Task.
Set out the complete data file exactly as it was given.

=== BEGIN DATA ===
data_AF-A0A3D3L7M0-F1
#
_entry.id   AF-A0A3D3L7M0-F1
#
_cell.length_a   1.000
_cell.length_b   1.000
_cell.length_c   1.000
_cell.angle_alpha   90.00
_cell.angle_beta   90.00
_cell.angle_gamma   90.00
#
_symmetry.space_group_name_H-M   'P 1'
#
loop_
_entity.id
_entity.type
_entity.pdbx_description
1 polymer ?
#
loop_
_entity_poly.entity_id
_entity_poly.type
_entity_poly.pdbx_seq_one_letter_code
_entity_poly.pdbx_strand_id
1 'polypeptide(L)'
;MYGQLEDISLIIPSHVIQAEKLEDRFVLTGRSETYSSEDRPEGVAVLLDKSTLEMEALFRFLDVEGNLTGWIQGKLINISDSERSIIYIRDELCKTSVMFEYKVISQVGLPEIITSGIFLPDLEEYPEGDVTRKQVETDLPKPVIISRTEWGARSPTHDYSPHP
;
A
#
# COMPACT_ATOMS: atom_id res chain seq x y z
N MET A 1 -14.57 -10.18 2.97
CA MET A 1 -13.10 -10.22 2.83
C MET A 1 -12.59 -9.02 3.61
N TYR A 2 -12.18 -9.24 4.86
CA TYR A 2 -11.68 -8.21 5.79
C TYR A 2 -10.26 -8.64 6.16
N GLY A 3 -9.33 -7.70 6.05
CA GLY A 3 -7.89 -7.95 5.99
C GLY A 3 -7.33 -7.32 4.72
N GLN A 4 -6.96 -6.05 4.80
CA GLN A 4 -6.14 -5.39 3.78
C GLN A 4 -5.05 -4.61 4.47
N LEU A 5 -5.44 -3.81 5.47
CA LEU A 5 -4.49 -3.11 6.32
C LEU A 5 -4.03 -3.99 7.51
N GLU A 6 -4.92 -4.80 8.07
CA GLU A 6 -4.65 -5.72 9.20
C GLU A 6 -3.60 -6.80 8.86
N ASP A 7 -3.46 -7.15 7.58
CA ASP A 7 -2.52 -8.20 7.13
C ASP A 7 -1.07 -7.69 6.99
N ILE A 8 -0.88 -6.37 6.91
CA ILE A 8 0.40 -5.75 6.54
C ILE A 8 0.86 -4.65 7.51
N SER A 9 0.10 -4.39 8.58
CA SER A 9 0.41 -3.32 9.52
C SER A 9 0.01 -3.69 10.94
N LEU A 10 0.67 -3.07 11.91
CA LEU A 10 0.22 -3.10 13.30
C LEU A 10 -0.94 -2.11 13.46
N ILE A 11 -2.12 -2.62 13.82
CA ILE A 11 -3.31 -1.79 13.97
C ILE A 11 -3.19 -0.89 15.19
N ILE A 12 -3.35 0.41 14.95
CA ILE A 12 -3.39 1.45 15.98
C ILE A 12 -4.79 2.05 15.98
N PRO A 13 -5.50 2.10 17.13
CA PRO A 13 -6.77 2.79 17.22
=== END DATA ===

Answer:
data_AF-A0A3D3L7M0-F1
#
_entry.id   AF-A0A3D3L7M0-F1
#
_cell.length_a   1.000
_cell.length_b   1.000
_cell.length_c   1.000
_cell.angle_alpha   90.00
_cell.angle_beta   90.00
_cell.angle_gamma   90.00
#
_symmetry.space_group_name_H-M   'P 1'
#
loop_
_entity.id
_entity.type
_entity.pdbx_description
1 polymer ?
#
loop_
_entity_poly.entity_id
_entity_poly.type
_entity_poly.pdbx_seq_one_letter_code
_entity_poly.pdbx_strand_id
1 'polypeptide(L)'
;MYGQLEDISLIIPSHVIQAEKLEDRFVLTGRSETYSSEDRPEGVAVLLDKSTLEMEALFRFLDVEGNLTGWIQGKLINISDSERSIIYIRDELCKTSVMFEYKVISQVGLPEIITSGIFLPDLEEYPEGDVTRKQVETDLPKPVIISRTEWGARSPTHDYSPHP
;
A
#
# COMPACT_ATOMS: atom_id res chain seq x y z
N MET A 1 -14.57 -10.18 2.97
CA MET A 1 -13.10 -10.22 2.83
C MET A 1 -12.59 -9.02 3.61
N TYR A 2 -12.18 -9.24 4.86
CA TYR A 2 -11.68 -8.21 5.79
C TYR A 2 -10.26 -8.64 6.16
N GLY A 3 -9.33 -7.70 6.05
CA GLY A 3 -7.89 -7.95 5.99
C GLY A 3 -7.33 -7.32 4.72
N GLN A 4 -6.96 -6.05 4.80
CA GLN A 4 -6.14 -5.39 3.78
C GLN A 4 -5.05 -4.61 4.47
N LEU A 5 -5.44 -3.81 5.47
CA LEU A 5 -4.49 -3.11 6.32
C LEU A 5 -4.03 -3.99 7.51
N GLU A 6 -4.92 -4.80 8.07
CA GLU A 6 -4.65 -5.72 9.20
C GLU A 6 -3.60 -6.80 8.86
N ASP A 7 -3.46 -7.15 7.58
CA ASP A 7 -2.52 -8.20 7.13
C ASP A 7 -1.07 -7.69 6.99
N ILE A 8 -0.88 -6.37 6.91
CA ILE A 8 0.40 -5.75 6.54
C ILE A 8 0.86 -4.65 7.51
N SER A 9 0.10 -4.39 8.58
CA SER A 9 0.41 -3.32 9.52
C SER A 9 0.01 -3.69 10.94
N LEU A 10 0.67 -3.07 11.91
CA LEU A 10 0.22 -3.10 13.30
C LEU A 10 -0.94 -2.11 13.46
N ILE A 11 -2.12 -2.62 13.82
CA ILE A 11 -3.31 -1.79 13.97
C ILE A 11 -3.19 -0.89 15.19
N ILE A 12 -3.35 0.41 14.95
CA ILE A 12 -3.39 1.45 15.98
C ILE A 12 -4.79 2.05 15.98
N PRO A 13 -5.50 2.10 17.13
CA PRO A 13 -6.77 2.79 17.22